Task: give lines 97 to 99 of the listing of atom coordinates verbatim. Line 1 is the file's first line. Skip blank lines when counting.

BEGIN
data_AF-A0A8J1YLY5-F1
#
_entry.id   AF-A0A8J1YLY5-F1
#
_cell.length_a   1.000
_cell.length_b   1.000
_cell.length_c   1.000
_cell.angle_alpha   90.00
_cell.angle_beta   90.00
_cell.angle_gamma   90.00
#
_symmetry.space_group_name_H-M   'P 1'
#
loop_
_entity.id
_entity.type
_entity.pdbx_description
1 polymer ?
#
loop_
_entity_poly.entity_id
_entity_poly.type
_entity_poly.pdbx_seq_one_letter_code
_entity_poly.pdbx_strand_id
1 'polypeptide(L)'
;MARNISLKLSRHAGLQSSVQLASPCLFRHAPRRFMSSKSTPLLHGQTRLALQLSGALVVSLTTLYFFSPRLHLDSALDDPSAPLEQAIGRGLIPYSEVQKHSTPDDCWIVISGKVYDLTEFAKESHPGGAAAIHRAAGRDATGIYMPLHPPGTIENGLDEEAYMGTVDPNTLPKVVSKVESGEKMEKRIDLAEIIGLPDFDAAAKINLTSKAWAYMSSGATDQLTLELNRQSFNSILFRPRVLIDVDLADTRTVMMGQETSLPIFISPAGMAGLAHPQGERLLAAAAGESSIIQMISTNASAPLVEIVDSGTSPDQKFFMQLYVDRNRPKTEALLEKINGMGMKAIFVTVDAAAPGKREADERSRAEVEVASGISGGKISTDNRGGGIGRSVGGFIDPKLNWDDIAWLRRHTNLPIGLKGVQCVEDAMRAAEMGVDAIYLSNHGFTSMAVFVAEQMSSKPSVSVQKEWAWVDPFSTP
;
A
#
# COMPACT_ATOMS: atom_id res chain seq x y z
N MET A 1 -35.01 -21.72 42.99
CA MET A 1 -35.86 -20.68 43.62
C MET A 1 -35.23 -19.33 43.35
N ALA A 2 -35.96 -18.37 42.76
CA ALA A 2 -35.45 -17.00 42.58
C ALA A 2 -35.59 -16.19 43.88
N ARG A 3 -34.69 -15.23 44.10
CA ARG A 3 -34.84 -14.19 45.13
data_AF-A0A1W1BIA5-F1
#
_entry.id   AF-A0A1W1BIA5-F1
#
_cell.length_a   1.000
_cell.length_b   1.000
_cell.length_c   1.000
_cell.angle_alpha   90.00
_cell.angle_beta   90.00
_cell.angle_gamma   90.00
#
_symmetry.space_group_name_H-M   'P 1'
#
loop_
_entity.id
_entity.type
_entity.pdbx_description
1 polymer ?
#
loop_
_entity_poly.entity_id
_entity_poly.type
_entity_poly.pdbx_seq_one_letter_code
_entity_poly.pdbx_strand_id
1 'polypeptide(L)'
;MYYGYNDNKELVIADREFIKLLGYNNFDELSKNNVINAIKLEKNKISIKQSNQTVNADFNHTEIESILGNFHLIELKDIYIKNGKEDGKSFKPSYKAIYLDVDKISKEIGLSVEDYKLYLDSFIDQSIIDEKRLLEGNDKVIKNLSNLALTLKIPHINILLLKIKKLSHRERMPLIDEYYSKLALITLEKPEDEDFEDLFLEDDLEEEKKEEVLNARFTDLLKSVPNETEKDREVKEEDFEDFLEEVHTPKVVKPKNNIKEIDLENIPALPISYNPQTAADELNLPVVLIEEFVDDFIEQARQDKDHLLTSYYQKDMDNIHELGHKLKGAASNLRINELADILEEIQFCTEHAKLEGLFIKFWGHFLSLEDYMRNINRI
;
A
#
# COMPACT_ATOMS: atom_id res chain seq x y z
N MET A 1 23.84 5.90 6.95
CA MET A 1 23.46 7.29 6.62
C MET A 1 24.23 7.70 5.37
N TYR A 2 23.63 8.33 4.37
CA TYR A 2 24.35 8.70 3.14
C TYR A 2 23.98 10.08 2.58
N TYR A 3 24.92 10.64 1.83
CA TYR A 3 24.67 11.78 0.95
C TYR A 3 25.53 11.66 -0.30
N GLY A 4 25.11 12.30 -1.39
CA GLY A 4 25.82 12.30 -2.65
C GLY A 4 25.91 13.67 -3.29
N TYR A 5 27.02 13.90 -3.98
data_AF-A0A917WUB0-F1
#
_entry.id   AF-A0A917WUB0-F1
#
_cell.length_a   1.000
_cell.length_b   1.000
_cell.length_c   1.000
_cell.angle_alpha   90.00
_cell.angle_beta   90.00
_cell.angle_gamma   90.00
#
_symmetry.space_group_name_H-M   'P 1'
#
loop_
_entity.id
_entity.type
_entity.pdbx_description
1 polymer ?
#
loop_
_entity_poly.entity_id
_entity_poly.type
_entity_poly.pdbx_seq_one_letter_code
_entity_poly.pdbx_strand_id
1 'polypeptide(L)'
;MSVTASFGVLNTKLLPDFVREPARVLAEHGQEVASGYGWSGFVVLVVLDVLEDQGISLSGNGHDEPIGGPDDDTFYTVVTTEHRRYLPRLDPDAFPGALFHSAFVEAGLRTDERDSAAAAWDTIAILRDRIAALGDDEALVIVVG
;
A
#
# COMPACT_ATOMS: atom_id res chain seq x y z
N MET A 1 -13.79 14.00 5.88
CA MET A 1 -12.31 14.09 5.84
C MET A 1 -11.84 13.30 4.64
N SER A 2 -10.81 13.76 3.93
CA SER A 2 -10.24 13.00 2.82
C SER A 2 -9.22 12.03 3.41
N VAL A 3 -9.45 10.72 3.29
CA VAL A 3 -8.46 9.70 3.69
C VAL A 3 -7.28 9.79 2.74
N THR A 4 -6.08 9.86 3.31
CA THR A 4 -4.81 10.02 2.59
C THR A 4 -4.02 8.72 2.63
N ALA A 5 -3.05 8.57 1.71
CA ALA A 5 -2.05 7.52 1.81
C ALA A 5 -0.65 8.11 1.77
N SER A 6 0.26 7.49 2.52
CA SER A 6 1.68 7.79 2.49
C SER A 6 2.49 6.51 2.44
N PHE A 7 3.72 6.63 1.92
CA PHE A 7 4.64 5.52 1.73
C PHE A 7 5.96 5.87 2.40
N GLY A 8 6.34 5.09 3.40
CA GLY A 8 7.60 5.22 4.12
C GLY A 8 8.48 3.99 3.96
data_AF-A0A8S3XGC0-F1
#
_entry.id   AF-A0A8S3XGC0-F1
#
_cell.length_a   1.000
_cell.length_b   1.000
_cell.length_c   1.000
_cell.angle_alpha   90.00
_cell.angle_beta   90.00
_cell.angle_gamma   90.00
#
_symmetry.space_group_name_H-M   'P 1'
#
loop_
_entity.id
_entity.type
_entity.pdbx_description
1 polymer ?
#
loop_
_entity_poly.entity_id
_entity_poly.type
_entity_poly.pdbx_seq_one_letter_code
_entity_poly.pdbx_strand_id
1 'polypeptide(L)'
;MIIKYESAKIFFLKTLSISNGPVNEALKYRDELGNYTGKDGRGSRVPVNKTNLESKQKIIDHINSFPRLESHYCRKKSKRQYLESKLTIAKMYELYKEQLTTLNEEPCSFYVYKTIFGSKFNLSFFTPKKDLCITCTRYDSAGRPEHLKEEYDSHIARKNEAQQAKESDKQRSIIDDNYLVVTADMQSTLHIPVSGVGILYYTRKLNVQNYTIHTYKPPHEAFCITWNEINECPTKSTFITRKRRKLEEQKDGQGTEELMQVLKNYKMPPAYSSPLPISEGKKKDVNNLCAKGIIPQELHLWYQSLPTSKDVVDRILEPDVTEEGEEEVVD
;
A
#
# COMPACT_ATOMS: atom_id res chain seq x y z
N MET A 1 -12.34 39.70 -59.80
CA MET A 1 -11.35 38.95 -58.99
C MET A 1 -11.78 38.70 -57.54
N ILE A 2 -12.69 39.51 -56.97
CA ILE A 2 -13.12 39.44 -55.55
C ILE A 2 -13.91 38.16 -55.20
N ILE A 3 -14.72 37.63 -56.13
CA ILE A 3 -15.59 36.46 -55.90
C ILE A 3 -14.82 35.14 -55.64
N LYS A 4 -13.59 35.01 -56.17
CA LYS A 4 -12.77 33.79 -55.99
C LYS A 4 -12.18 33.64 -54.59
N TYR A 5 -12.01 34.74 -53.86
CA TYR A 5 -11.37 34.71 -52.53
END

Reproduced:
_entity.type
_entity.pdbx_description
1 polymer ?